/PRNewswire / -- Young adults rely heavily on the Internet for economic news, according to a nationwide study released today by the Donald W. Reynolds National Center for Business Journalism.
More than half of the 400 interviewees aged 18 to 25 said they relied a lot on the Internet for business news, followed by television and the advice of family and friends. They also rated the Internet and television as more accurate than newspapers, radio and magazines.
The study was commissioned by the Reynolds Center with interviews conducted by the Behavior Research Center Inc.
Almost half of the young adults surveyed said they had made decisions in the last year based on economic news. Those included buying less, saving more and putting off going to college.
"Our study found that young adults clearly care about their long-term financial future and follow the economic news in its many forms," said Andrew Leckey, president of the Reynolds Center.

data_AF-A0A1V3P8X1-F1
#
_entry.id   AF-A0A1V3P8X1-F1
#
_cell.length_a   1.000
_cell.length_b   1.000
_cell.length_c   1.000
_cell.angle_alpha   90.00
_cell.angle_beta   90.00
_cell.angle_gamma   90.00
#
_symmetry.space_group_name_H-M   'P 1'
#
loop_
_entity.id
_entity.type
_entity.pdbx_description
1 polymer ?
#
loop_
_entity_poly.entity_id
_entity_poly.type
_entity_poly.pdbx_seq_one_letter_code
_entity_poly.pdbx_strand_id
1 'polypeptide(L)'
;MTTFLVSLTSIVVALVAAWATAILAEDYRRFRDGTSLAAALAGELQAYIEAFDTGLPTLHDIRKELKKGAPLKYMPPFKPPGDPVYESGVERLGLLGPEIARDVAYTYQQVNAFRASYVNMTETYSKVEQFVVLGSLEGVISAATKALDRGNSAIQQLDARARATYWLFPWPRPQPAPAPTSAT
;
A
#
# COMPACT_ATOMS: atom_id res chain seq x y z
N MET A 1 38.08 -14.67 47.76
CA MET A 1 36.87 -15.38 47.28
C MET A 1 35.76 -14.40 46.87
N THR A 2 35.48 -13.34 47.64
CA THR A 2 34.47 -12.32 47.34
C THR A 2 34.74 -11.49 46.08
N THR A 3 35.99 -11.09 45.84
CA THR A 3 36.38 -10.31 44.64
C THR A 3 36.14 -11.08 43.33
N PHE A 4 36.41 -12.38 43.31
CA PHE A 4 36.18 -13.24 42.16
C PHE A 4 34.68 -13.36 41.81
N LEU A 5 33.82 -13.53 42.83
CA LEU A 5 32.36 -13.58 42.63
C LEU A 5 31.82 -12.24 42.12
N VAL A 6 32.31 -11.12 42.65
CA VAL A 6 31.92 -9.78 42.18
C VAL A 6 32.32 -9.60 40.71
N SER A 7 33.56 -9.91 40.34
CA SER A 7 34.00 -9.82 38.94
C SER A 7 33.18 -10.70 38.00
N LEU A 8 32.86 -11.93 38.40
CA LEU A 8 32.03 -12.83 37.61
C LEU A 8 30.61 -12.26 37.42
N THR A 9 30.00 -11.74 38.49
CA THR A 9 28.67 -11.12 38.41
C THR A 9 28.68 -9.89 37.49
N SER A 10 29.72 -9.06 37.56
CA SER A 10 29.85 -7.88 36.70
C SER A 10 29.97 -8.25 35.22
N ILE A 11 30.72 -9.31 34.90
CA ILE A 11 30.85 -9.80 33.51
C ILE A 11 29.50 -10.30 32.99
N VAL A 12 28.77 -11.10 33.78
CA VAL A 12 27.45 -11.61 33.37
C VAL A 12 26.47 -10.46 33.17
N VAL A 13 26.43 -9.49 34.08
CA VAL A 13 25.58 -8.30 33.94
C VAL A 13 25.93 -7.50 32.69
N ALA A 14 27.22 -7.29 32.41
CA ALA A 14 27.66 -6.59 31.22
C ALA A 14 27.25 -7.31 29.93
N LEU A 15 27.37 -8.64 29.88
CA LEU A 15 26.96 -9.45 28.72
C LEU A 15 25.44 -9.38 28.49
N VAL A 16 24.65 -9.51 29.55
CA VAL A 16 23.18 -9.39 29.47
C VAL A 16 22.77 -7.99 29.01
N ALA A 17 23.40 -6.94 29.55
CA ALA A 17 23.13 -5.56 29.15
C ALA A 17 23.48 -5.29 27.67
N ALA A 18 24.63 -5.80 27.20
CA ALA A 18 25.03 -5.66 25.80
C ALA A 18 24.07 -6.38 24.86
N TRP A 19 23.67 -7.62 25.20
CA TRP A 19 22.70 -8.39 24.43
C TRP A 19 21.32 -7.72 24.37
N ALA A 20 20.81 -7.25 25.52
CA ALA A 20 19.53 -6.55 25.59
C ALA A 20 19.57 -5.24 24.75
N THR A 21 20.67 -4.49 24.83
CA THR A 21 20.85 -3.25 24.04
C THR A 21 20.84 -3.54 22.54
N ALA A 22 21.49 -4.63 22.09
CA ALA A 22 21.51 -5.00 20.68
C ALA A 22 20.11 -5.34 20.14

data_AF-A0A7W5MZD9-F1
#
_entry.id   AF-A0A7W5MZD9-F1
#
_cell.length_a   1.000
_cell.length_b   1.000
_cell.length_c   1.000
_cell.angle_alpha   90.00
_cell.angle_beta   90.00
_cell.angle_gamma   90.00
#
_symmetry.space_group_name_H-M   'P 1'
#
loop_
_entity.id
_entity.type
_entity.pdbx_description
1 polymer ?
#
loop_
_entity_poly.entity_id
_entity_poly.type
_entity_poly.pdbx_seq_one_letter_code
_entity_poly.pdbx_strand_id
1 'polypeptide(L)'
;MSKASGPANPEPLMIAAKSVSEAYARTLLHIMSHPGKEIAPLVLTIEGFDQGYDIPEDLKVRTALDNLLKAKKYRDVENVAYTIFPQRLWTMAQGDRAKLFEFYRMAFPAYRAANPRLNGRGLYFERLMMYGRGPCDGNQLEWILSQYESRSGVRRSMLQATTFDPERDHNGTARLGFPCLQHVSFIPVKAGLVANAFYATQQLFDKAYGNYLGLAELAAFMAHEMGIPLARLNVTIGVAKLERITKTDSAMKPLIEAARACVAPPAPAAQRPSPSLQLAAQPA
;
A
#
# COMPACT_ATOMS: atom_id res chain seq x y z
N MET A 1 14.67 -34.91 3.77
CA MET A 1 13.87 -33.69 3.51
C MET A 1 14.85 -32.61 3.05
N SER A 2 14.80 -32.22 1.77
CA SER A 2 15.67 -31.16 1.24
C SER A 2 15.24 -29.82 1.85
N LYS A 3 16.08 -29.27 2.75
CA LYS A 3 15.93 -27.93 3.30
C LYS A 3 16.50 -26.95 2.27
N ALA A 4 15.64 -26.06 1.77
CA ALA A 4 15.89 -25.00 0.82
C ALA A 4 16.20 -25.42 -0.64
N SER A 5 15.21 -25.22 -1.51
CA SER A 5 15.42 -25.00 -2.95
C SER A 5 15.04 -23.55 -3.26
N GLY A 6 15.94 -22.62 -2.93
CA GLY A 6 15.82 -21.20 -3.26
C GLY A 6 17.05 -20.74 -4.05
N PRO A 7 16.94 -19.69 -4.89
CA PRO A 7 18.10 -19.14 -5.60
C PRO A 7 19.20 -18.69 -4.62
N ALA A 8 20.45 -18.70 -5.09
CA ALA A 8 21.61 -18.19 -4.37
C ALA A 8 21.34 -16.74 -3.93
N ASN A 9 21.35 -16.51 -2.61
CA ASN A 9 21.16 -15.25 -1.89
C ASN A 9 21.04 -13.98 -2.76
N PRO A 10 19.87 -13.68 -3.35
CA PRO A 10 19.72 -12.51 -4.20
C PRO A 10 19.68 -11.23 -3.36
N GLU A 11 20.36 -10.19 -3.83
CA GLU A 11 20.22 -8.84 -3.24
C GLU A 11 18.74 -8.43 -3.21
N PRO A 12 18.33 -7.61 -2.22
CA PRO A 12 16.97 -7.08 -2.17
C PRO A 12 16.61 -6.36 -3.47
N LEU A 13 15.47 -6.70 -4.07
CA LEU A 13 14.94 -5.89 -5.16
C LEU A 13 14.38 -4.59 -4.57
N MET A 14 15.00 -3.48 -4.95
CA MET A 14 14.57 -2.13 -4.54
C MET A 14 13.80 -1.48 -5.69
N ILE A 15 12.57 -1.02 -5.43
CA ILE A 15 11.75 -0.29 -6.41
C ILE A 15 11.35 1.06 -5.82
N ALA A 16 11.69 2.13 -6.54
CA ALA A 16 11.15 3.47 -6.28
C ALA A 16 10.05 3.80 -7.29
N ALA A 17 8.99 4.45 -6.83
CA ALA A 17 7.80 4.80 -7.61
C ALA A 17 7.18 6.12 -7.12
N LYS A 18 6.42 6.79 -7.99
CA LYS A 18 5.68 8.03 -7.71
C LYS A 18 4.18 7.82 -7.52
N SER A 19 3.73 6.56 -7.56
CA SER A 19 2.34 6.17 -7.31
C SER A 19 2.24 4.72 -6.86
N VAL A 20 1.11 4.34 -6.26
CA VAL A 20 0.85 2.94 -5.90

More than half said that the current economy has changed how they foresee their future lifestyle and career, "an extremely pessimistic finding," according to James E. Haynes, who directed the research.
Other findings included:
-- CNN was cited as the most trustworthy specific news source by 20
percent, while 9 percent chose Fox News.
-- One in five had discussed the economy on social networking sites. More
than half used Facebook, followed by MySpace at 40 percent. Seven
percent said they frequently used the micro-blogging site, Twitter.
-- Almost one-fourth used online financial tools, with bank Web sites
being the most commonly used.
A February study by the Reynolds Center of where all adults accessed business news found that more used television than newspapers, the Internet and radio combined.
The survey has a margin of error of +/- 5 percent.
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